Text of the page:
By Business and Professions Code Sec. 16600, our fair state refuses to enforce such provisions within California (and sometimes beyond state boundaries). Thus, employers must pay the immediate going-rate for talent. There is also some inevitable leakage of trade secrets, despite best legal efforts at prevention. For many years, employers have tried mightily to overturn or negate the effects of that law, each time ending-up bolstering its status as a bedrock principle of the state's jurisprudence.
Moreover, while some believe that Silicon Valley grew-up here because of the weather or Stanford's proximity, I'd argue that a crucial factor is precisely the free flow of genius And that trade secret leakage. They create a churning, mobile critical mass of knowledge and talent that can form up, work real tech magic and then re-form elsewhere that new digital alchemy is rewarded. Each individual employer hates Section 16600, but its effects on the overall system are positive for everyone outside the boardrooms.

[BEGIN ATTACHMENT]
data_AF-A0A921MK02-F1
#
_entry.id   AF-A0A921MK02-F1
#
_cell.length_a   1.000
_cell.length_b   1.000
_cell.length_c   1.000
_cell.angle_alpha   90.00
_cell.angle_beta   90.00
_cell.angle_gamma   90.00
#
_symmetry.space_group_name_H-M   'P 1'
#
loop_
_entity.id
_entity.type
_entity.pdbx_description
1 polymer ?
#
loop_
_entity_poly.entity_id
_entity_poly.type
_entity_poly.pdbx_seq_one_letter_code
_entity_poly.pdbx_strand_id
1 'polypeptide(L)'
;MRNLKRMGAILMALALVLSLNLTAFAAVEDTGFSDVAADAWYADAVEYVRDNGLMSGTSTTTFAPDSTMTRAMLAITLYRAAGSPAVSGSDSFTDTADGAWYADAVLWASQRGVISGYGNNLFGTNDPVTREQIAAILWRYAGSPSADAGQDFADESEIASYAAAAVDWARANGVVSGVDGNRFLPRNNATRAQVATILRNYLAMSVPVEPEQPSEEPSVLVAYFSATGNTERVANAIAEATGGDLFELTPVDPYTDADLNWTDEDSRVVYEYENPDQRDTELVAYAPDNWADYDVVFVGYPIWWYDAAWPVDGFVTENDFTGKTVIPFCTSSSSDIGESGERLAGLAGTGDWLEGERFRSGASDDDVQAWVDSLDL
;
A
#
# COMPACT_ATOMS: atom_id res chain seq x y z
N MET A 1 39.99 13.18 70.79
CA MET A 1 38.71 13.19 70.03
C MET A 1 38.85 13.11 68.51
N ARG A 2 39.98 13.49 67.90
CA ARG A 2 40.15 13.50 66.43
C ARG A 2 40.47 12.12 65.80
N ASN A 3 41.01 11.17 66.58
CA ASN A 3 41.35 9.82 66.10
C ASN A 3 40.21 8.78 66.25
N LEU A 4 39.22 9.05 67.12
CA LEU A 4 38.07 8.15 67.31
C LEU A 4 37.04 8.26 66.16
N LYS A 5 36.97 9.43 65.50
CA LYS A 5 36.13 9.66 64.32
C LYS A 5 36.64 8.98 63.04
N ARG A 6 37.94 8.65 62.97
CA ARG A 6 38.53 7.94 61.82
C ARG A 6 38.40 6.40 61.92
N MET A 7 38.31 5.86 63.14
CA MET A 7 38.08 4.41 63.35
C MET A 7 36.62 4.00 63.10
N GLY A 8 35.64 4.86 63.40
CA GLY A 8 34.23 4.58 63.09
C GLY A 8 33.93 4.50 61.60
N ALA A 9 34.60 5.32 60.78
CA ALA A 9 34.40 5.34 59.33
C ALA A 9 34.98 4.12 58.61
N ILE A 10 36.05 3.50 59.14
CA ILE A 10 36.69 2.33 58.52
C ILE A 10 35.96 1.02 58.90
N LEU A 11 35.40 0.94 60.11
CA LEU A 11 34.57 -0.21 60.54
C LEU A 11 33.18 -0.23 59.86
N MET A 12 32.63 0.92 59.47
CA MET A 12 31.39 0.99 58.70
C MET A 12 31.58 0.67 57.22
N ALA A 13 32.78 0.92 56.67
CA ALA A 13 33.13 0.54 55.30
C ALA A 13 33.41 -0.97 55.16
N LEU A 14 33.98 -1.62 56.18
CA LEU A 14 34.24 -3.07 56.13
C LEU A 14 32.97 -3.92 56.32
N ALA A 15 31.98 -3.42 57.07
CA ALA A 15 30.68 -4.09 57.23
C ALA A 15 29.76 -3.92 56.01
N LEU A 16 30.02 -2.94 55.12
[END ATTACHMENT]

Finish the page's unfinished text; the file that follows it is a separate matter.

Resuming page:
The other background issue you need to understand is the Sherman Antitrust Act. Passed in 1890 to combat monopoly practices in basic industries like oil, steel, and gun powder, it outlaws "contracts, combinations and conspiracies in restraint of trade" (among other kinds of commercial chicanery). That constitutionally broad language has kept it current, and it doesn't hurt that continuing relevance that the goals of business buccaneering are much the same in the New Economy as they were in the olden days of Adam Smith.*